Rowan film professor reaches new HIGH through virtual production

Rowan film professor reaches new HIGH through virtual production

Virtual HIGH: cell tower scenes simulated in Hollywood studio

The narrative could hardly be more topical: Set on a cell tower 300 feet above ground, a crew builds infrastructure for the latest mobile technology, but the sting of recent catastrophe hangs over them.

As the team works aboard the platform, a film crew captures all the high-wire action laden with danger. There’s no net, no green screen for special effects, no special insurance covering the actors and filmmakers.

And there doesn’t need to be. That’s because there’s no real danger to the cast and crew and, in fact, no real platform 300 feet in the air.

The platform is just three feet off the floor of a high-tech Hollywood studio and the stunningly realistic scenes atop a cell tower result from dynamic new technology – virtual production – that was previously used mostly in video game creation, but which Rowan University professor Jonathan Mason is helping expand to the big screen.

Though virtual production techniques have been used to some extent outside of gaming, as in the Disney+ series The Mandalorian, Mason believes that applying them to film has the potential to dramatically change the art form.

“HIGH is a drama about a telecom tower climber, his crew and his family and it’s serving as a bit of a case study for virtual production applications in the indie space outside of sci-fi/fantasy,” said Mason, who's co-directing the film with his writing partner, Tisha Robinson-Daly. “The development of our project was first supported by the Sundance Institute, Stowe Story Labs and Tribeca Film Festival and this year HIGH received a competitive Epic Games MegaGrant, which helped to support our shoot of a proof of concept.”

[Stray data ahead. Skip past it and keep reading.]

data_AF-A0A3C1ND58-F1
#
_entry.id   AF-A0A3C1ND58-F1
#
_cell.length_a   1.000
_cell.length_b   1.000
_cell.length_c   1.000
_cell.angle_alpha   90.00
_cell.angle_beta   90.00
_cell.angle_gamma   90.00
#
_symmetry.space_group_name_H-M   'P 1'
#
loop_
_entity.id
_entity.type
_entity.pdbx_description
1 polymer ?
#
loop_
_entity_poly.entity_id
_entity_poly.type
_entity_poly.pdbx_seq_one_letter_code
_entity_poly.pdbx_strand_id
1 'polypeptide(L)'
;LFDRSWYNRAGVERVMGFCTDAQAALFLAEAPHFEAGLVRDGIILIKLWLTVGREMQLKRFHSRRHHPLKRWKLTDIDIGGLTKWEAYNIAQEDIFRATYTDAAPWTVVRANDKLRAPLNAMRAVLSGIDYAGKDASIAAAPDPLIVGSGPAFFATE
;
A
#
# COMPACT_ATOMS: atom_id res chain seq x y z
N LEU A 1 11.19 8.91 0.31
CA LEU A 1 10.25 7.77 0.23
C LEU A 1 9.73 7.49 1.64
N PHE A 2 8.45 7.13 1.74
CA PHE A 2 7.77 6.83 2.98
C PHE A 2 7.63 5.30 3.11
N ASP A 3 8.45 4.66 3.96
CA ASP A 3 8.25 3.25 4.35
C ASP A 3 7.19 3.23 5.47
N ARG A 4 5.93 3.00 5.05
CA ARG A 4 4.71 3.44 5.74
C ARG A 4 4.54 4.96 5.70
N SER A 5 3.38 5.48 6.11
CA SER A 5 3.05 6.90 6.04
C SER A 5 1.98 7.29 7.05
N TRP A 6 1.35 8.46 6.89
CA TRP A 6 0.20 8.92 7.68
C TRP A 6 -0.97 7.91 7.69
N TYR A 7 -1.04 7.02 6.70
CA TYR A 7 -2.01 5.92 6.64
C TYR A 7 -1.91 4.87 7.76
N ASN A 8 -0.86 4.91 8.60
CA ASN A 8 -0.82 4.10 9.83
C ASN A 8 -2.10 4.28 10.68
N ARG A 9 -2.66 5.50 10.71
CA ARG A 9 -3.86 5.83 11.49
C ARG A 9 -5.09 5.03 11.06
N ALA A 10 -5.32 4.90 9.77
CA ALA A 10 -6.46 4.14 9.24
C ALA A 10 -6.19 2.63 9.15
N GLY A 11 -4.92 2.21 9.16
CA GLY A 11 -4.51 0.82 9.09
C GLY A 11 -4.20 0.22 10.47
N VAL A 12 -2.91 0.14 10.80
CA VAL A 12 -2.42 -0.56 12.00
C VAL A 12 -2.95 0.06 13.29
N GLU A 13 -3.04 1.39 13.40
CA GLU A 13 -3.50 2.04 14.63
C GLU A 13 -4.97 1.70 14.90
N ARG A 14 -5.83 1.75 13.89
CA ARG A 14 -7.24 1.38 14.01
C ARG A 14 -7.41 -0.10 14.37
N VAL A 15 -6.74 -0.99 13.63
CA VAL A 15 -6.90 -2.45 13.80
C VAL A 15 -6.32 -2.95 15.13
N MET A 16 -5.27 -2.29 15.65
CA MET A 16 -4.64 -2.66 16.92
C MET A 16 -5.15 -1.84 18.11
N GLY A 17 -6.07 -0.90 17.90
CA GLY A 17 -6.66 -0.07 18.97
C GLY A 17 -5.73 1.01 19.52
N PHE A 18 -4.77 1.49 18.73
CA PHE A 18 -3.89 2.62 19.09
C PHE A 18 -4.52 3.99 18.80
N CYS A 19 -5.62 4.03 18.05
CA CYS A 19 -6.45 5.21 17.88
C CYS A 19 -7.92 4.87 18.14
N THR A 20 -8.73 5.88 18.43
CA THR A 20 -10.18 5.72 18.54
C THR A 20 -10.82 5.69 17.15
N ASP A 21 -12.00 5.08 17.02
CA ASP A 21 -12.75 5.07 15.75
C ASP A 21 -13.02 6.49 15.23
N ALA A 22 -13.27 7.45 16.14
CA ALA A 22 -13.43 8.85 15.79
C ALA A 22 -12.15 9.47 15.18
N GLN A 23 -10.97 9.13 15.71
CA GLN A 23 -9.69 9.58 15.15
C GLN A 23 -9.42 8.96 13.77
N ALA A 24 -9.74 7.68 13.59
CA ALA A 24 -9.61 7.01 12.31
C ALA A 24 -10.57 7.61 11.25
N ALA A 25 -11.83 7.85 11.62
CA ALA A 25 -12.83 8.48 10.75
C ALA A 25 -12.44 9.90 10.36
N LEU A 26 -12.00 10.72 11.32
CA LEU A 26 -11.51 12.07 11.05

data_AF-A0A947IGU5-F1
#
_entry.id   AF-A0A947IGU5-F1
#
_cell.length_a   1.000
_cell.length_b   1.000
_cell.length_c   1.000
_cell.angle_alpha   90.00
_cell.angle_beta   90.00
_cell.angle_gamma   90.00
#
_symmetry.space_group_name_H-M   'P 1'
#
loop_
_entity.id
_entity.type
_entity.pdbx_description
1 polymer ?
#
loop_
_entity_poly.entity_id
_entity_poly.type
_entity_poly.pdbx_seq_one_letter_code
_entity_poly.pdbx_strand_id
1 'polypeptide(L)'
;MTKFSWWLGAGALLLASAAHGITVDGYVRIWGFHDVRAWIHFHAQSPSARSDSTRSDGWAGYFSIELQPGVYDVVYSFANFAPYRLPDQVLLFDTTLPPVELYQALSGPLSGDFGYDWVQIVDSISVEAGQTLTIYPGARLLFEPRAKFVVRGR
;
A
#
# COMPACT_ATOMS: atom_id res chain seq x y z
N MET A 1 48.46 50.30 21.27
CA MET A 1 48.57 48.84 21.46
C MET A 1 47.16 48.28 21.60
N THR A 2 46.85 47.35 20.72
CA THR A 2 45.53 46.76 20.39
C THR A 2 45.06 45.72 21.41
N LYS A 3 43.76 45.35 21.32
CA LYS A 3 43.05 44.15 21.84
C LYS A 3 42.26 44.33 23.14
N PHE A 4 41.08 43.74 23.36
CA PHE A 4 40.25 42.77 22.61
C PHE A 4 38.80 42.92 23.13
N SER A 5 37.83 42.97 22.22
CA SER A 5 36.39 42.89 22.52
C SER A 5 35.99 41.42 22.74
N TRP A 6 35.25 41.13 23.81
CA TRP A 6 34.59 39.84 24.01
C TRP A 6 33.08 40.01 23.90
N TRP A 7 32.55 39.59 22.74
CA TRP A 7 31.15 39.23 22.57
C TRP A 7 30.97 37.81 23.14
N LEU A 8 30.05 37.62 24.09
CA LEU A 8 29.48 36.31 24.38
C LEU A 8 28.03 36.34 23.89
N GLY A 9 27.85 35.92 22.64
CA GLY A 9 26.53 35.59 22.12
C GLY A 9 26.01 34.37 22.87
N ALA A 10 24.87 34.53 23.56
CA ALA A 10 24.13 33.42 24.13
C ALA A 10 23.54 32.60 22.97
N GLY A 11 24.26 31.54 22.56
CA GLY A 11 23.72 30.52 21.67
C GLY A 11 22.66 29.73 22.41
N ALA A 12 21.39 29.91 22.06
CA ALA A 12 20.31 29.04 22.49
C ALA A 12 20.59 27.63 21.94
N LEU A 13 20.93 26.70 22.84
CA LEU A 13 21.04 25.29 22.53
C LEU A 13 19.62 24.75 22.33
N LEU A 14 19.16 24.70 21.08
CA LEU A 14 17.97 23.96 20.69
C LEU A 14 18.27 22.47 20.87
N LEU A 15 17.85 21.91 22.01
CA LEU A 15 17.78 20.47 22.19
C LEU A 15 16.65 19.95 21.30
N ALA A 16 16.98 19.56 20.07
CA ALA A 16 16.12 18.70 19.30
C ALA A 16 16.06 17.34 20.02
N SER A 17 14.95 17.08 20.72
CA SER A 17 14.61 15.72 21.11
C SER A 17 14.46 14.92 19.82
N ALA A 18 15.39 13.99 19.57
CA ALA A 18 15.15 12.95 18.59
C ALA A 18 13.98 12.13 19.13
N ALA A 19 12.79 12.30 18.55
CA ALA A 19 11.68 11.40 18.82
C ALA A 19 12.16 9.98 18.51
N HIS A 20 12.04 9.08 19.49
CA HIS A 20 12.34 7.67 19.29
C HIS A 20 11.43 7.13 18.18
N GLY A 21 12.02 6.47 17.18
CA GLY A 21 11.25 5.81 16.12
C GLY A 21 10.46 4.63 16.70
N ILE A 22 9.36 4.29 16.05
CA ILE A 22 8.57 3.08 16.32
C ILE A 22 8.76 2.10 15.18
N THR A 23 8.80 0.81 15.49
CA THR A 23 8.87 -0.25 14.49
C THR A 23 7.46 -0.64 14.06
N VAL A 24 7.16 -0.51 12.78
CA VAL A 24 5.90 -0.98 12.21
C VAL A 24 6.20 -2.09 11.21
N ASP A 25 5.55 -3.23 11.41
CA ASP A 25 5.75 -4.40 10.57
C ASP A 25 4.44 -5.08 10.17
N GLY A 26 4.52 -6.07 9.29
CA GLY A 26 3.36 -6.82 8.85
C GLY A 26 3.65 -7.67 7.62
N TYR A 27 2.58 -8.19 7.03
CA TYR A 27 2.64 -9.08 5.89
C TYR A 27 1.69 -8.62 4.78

Mason, a professor of Radio, Television & Film in the Ric Edelman College of Communication & Creative Arts, said proofs of concept – short versions of films made to raise funding to complete full productions – are common in the industry.

“We shot the proof in L.A. with a stellar team that included crew from The Mandalorian, Boba Fett and Avatar who were all drawn to our project because of the script and the opportunity to experiment with something more photorealistic,” Mason said.

Christmas rush

“Our film is about this climber and his crew and the rush to get 5G set up by Christmas so Verizon and other companies can sell more phones,” he continued. “There’s an accident on the tower and someone gets killed… For me, it’s the idea of commodity industries (like cell phones) that we take for granted. We live by this thing 24/7, but there are humans with lives of their own who are doing this job so we can have them.”

Mason said shooting on an actual cell tower would be prohibitively costly and dangerous, but making it with traditional effects, like green screen technologies, would not look as realistic as creating a partially virtual environment because of a lack of parallax – the movement of objects in the background in relation to the camera.

By creating environments using photogrammetry from Google Earth as stand-ins for real locations, and then tweaking them in Epic Games’ Unreal Engine game design software, filmmakers can stretch the limits of visual storytelling in a manner that’s safer and more cost effective, Mason said.

He said the developing form of hybrid filmmaking, which he’s writing about in articles for Filmmaker Magazine and American Cinematographer, is changing the industry, especially for independent movie makers like himself.

At Rowan, students will soon be able to use virtual environments to previsualize and test location lighting scenarios, camera movements, and composition – preparation they’ll be able to then replicate on a physical set, and soon, a virtual stage.

“When you’re an indie filmmaker, a large part of the challenge is problem solving,” Mason said. “Because you have no (studio) money and limited resources… there’s an inventiveness that's part of the rush.”


Watch the HIGH proof of concept teaser now! (Stay tuned for the end to see virtual production techniques in action.)